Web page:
During this presidential primary season, the cost of higher education has been a major campaign issue, especially on the Democratic side.
Sen. Bernie Sanders is proposing free college for all. Former Secretary of State Hillary Clinton has a plan for debt-free college. Business Insider has a side-by-side comparison of Sanders' College for All Act and Clinton's New College Compact.
But until Clinton or Sanders is elected, students and their families will have to rely on existing educational tax breaks.
Comparing current education tax benefits: The most popular are the American Opportunity and Lifetime Learning tax credits, and the above-the-line Tuition and Fees deduction. Each provides tax savings every year to millions of taxpayers.
Credits generally are better than deductions since they offer dollar-for-dollar savings on what you owe the U.S. Treasury. Deductions, on the other hand, help reduce your income and that typically means a smaller tax bill.
But tax generalities aside, taxes are unique to each filer's personal circumstances. So when it comes to education tax breaks, examine each in relation to your personal tax situation to see (a) if you qualify and (b) which is better for your taxes.
The Internal Revenue Service' side-by-side comparison of the popular education tax breaks can help.
Education Credits and Tuition Deduction Comparison
Tax Year 2015
|Lifetime Learning (LLC)||Tuition and
|Maximum credit or benefit||Up to $2,500 credit per eligible student||Up to $2,000 credit per return||Up to $4,000 taxable income reduction per return|
|Refundable or nonrefundable||40% of credit||Not refundable||Does not apply|
|Limit on modified adjusted gross income (MAGI)* for married filing jointly||$180,000||$130,000||$160,000|
Limit on MAGI* for single, head of household, or qualifying widow(er)
|Can you file married filing separately?||No|
|Dependent status||Cannot claim credit if you are claimed as a dependent on someone else's return|
|Must you or your spouse be a U.S. Citizen or Resident Alien?||Yes, unless nonresident alien is treated as resident alien for tax purposes (see Publication 519 for information on nonresident alien status)|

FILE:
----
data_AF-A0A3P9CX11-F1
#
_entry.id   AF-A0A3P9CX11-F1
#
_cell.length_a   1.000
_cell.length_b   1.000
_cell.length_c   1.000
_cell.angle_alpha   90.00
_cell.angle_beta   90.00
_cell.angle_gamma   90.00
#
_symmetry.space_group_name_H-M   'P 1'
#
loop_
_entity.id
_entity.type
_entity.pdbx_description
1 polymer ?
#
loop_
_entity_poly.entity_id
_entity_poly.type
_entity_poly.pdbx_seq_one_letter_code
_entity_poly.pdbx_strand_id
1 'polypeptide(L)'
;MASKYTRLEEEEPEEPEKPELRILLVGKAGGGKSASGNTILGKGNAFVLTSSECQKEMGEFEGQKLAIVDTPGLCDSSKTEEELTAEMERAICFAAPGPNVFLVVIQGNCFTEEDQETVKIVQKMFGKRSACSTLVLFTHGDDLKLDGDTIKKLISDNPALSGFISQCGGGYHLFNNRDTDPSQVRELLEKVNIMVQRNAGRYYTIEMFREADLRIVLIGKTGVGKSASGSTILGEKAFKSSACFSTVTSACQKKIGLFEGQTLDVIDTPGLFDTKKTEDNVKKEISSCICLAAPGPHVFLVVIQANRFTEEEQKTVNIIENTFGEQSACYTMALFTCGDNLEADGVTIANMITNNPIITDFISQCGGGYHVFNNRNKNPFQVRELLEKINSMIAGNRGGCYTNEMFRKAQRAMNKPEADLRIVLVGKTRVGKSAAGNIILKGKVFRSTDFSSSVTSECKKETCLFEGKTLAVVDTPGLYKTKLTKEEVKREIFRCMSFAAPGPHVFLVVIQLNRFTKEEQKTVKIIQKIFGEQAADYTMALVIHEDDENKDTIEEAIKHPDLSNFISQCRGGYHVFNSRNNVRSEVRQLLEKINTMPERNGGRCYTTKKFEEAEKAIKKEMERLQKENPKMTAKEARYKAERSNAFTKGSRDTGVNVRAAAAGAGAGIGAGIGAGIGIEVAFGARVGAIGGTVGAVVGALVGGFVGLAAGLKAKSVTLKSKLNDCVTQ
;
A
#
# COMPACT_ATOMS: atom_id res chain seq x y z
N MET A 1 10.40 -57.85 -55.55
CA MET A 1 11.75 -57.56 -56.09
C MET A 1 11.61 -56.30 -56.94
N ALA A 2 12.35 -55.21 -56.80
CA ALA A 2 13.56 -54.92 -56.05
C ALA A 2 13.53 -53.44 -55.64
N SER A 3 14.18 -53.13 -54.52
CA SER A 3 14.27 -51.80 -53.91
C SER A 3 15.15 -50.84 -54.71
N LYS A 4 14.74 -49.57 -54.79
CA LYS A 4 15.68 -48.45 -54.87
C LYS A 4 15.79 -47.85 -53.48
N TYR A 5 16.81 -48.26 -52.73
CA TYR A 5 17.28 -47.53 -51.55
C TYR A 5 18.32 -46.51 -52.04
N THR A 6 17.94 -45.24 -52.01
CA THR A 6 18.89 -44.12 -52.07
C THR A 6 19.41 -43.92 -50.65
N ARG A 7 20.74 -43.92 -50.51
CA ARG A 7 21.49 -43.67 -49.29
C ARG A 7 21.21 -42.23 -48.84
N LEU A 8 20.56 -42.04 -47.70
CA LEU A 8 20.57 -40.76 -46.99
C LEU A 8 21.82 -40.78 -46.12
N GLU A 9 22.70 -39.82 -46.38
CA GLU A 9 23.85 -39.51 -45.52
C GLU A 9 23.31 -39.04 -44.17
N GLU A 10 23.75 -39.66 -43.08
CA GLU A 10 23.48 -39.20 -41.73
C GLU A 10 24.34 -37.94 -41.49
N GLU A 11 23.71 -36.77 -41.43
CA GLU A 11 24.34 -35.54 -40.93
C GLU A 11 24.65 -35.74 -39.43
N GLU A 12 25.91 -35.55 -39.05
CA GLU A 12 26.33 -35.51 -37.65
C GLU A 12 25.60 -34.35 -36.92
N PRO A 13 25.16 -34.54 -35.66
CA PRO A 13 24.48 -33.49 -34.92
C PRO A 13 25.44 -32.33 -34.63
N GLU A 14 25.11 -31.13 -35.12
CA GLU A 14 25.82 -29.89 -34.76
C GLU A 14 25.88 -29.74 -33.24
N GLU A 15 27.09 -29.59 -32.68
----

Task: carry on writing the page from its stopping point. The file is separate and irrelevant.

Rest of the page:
|Number of years of post-secondary education available||Only if student hasn't completed 4 years of post-secondary education before 2015||All years of post-secondary education and for courses to acquire or improve job skills||All years of post-secondary education|
|Number of tax years credit available||4 tax years per eligible student including any years former Hope credit claimed||Unlimited||Unlimited|
|Type of program required||Student must be pursuing a degree or other recognized education credential||Student does not need to be pursuing a degree or other recognized education credential||Student must be enrolled at eligible educational institution for one or more courses|
|Number of courses||Student must have been enrolled at least half time for at least one academic period beginning in 2015||Available for one or more courses||Available for one or more courses at eligible educational institution|
|Felony drug conviction||No felony drug convictions as of the end of the tax year||Does not apply||Does not apply|
|Qualified expenses||Tuition, required enrollment fees and course materials needed for course of study||Tuition and fees required for enrollment or attendance||Tuition and fees required for enrollment or attendance|
|For whom can you claim the benefit?||
|Who must pay the qualified expenses?||
|Payments for academic periods||
Made in 2015 for academic periods beginning in 2015 or the first 3 months of 2016
|Do I need to claim the credit or deduction on a schedule or form?||Yes, Form 8917, Tuition and Fees Deduction|
*MAGI for most people is the amount of adjusted gross income (AGI) shown on your tax return. In some cases, some income exclusions and deductions are added back to arrive at MAGI.
**Third Party-Qualified education expenses paid by a third party for you or your student claimed as a dependent on your return are considered paid by you for the American Opportunity tax credit (AOTC) and Lifetime Learning credit (LLC). Payments by third parties include amounts paid by relatives or friends.
More in tax tips: A couple of Daily Tax Tips last week focused on educational tax breaks. They have a bit more on the popular AOTC and LLC, as well as other educational tax breaks.
The three other tips posted the week of March 21-25 examined required retirement account distributions and a couple of itemized tax deductions. They are:
- Check out the many education tax breaks (Monday, March 21, 2016)
- An education tax credit primer (Tuesday, March 22, 2016)
- Older folks face April 1 RMD deadline (Wednesday, March 23, 2016)
- Deducting state and local taxes (Thursday, March 24, 2016)
- Maximizing medical deductions (Friday, March 25, 2016)
If you're a student or have one in your family, I hope the current education tax breaks can help ease some of the high costs of higher education.
For folks whose school days are over, here's hoping that this week's or previous tax tips can help you cut your current tax bill.
In addition to these end-of-week tax tip roundups, you can find all of the 2016 tax tips posted so far on their special January, February and March blog pages. The tips will continue, highlighted each weekday in the upper right corner of the ol' blog, through the April 18 filing deadline.